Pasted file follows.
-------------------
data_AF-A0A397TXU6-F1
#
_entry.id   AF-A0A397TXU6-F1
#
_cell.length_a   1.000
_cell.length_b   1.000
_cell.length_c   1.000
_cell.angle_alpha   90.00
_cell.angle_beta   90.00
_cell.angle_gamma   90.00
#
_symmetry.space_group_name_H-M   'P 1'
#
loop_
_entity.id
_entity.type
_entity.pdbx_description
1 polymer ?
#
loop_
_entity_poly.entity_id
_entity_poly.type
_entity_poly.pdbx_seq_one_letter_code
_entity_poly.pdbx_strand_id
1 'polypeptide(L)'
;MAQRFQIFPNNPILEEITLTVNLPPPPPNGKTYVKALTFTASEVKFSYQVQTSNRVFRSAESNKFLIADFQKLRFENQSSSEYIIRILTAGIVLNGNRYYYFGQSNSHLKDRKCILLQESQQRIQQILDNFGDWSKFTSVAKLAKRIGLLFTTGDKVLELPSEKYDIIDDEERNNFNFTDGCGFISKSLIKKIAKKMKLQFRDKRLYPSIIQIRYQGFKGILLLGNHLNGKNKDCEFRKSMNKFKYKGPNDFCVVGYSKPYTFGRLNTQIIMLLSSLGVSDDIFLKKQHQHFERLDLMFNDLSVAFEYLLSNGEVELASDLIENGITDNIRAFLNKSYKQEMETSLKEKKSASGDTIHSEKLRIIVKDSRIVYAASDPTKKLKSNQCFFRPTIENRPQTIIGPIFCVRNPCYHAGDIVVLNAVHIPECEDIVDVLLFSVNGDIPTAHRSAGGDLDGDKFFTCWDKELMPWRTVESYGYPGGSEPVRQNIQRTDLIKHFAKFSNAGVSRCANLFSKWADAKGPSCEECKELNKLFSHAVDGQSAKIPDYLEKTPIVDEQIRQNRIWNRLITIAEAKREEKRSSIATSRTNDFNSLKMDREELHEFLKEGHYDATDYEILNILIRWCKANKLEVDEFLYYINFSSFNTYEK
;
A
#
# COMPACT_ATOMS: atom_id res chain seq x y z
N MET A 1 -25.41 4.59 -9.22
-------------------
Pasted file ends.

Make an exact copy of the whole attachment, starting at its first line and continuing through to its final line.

data_AF-A0A397TXU6-F1
#
_entry.id   AF-A0A397TXU6-F1
#
_cell.length_a   1.000
_cell.length_b   1.000
_cell.length_c   1.000
_cell.angle_alpha   90.00
_cell.angle_beta   90.00
_cell.angle_gamma   90.00
#
_symmetry.space_group_name_H-M   'P 1'
#
loop_
_entity.id
_entity.type
_entity.pdbx_description
1 polymer ?
#
loop_
_entity_poly.entity_id
_entity_poly.type
_entity_poly.pdbx_seq_one_letter_code
_entity_poly.pdbx_strand_id
1 'polypeptide(L)'
;MAQRFQIFPNNPILEEITLTVNLPPPPPNGKTYVKALTFTASEVKFSYQVQTSNRVFRSAESNKFLIADFQKLRFENQSSSEYIIRILTAGIVLNGNRYYYFGQSNSHLKDRKCILLQESQQRIQQILDNFGDWSKFTSVAKLAKRIGLLFTTGDKVLELPSEKYDIIDDEERNNFNFTDGCGFISKSLIKKIAKKMKLQFRDKRLYPSIIQIRYQGFKGILLLGNHLNGKNKDCEFRKSMNKFKYKGPNDFCVVGYSKPYTFGRLNTQIIMLLSSLGVSDDIFLKKQHQHFERLDLMFNDLSVAFEYLLSNGEVELASDLIENGITDNIRAFLNKSYKQEMETSLKEKKSASGDTIHSEKLRIIVKDSRIVYAASDPTKKLKSNQCFFRPTIENRPQTIIGPIFCVRNPCYHAGDIVVLNAVHIPECEDIVDVLLFSVNGDIPTAHRSAGGDLDGDKFFTCWDKELMPWRTVESYGYPGGSEPVRQNIQRTDLIKHFAKFSNAGVSRCANLFSKWADAKGPSCEECKELNKLFSHAVDGQSAKIPDYLEKTPIVDEQIRQNRIWNRLITIAEAKREEKRSSIATSRTNDFNSLKMDREELHEFLKEGHYDATDYEILNILIRWCKANKLEVDEFLYYINFSSFNTYEK
;
A
#
# COMPACT_ATOMS: atom_id res chain seq x y z
N MET A 1 -25.41 4.59 -9.22